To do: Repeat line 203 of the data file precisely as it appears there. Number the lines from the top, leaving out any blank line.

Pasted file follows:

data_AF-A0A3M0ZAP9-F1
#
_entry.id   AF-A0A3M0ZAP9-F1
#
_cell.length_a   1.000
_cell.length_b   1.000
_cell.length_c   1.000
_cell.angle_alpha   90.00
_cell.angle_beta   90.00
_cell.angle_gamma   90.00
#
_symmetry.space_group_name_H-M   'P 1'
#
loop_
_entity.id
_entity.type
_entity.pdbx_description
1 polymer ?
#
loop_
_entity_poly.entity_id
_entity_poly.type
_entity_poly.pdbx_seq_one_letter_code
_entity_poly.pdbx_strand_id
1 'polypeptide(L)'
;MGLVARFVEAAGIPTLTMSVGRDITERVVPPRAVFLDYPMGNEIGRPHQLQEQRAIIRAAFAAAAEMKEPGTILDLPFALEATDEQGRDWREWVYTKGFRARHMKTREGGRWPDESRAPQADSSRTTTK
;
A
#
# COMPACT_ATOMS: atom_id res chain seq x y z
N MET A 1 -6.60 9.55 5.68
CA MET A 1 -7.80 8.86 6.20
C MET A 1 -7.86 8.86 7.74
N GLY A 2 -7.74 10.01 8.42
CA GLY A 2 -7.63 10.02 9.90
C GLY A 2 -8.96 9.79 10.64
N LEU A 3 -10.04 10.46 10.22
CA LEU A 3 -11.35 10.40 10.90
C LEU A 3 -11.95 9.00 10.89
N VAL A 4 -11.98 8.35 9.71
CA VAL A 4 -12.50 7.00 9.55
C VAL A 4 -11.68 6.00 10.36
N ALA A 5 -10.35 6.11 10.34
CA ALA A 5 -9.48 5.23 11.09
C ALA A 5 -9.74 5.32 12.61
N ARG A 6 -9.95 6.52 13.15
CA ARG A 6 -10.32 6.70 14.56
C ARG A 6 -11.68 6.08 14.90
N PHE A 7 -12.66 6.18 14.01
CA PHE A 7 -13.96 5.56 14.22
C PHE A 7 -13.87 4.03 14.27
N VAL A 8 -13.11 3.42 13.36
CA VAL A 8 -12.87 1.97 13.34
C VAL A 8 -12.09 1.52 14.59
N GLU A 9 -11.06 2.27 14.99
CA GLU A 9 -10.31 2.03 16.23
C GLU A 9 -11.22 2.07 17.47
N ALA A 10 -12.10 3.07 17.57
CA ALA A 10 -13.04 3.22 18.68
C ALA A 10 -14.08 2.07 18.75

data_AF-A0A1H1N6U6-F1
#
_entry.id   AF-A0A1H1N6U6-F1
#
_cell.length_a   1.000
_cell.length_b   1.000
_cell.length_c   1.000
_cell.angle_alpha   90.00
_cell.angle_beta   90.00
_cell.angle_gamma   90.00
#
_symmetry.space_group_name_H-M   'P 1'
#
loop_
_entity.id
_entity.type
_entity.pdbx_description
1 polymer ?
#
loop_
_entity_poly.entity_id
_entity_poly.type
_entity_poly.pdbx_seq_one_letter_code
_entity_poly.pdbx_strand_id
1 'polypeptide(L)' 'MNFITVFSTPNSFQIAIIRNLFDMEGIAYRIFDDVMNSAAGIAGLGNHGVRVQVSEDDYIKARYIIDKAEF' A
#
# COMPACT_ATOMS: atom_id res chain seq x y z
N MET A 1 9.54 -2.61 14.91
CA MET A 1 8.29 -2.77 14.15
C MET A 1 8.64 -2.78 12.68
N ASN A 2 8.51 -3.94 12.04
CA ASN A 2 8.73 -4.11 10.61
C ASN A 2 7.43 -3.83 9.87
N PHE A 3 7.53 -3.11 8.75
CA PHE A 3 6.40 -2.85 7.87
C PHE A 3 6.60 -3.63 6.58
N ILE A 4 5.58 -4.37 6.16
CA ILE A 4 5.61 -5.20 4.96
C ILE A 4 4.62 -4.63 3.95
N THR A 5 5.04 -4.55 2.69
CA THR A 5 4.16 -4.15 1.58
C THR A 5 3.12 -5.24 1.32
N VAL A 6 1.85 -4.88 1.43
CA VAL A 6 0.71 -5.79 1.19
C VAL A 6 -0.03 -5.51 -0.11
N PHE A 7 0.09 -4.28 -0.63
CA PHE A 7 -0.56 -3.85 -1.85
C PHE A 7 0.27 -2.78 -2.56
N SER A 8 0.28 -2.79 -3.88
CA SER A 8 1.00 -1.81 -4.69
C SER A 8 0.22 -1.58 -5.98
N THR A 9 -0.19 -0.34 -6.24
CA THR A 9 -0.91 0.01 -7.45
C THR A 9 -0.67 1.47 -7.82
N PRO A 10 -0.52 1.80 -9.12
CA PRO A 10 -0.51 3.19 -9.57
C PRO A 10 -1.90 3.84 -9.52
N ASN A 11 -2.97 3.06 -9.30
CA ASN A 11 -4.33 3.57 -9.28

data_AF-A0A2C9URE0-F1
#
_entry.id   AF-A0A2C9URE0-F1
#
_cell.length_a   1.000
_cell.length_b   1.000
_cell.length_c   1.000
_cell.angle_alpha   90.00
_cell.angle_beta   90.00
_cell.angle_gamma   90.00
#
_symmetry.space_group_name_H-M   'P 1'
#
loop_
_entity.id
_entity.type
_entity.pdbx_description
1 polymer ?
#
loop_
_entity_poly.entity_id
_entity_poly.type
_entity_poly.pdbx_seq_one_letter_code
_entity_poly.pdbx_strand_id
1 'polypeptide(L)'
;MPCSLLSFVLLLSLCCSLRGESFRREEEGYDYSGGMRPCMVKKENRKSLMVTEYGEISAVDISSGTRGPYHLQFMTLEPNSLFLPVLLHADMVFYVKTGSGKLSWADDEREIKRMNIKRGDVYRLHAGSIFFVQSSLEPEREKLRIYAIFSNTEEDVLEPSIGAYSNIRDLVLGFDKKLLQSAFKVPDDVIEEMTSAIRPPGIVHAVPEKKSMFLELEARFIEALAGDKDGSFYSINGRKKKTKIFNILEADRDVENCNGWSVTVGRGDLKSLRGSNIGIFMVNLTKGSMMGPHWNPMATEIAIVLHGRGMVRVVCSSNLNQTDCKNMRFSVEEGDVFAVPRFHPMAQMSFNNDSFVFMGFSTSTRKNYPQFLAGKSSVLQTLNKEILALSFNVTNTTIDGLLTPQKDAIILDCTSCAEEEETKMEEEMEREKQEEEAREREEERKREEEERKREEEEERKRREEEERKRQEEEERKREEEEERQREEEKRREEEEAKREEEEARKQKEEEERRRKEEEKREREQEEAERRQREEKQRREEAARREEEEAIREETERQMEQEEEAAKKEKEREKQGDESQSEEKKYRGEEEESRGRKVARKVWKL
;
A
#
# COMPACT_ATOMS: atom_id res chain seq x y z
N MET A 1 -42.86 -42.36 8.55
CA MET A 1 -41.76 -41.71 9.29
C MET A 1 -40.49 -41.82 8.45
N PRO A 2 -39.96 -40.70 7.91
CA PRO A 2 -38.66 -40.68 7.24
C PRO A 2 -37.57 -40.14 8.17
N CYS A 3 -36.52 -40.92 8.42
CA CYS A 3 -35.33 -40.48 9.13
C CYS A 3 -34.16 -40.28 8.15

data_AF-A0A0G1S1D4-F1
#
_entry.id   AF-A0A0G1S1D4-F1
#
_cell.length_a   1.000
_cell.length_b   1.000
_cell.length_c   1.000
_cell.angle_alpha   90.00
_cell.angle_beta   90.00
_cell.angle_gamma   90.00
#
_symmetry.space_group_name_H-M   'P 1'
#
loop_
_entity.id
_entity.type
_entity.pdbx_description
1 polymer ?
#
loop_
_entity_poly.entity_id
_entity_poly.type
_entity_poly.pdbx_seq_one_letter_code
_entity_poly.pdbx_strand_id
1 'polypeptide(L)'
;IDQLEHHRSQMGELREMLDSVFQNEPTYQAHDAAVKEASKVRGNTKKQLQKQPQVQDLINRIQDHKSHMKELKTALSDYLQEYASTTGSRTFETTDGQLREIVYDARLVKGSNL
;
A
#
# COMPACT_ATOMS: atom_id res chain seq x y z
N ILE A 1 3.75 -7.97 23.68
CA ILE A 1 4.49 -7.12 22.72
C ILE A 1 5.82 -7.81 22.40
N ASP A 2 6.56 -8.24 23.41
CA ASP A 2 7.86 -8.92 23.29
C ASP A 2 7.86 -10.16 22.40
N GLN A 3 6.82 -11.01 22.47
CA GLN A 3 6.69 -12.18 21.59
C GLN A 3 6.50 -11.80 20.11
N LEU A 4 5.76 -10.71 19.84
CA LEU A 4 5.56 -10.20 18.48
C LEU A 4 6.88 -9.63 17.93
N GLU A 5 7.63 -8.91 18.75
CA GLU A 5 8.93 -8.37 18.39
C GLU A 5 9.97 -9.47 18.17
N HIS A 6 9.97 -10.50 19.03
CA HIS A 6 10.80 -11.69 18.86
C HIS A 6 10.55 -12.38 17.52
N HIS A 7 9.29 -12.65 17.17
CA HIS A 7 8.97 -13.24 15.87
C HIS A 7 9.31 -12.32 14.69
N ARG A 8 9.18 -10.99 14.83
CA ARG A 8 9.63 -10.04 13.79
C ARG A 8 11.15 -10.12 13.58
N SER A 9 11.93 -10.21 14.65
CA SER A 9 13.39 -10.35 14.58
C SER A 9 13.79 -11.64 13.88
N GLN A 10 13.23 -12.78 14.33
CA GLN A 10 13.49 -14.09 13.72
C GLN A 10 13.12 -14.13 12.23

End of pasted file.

C GLU A 5 9.97 -9.47 18.17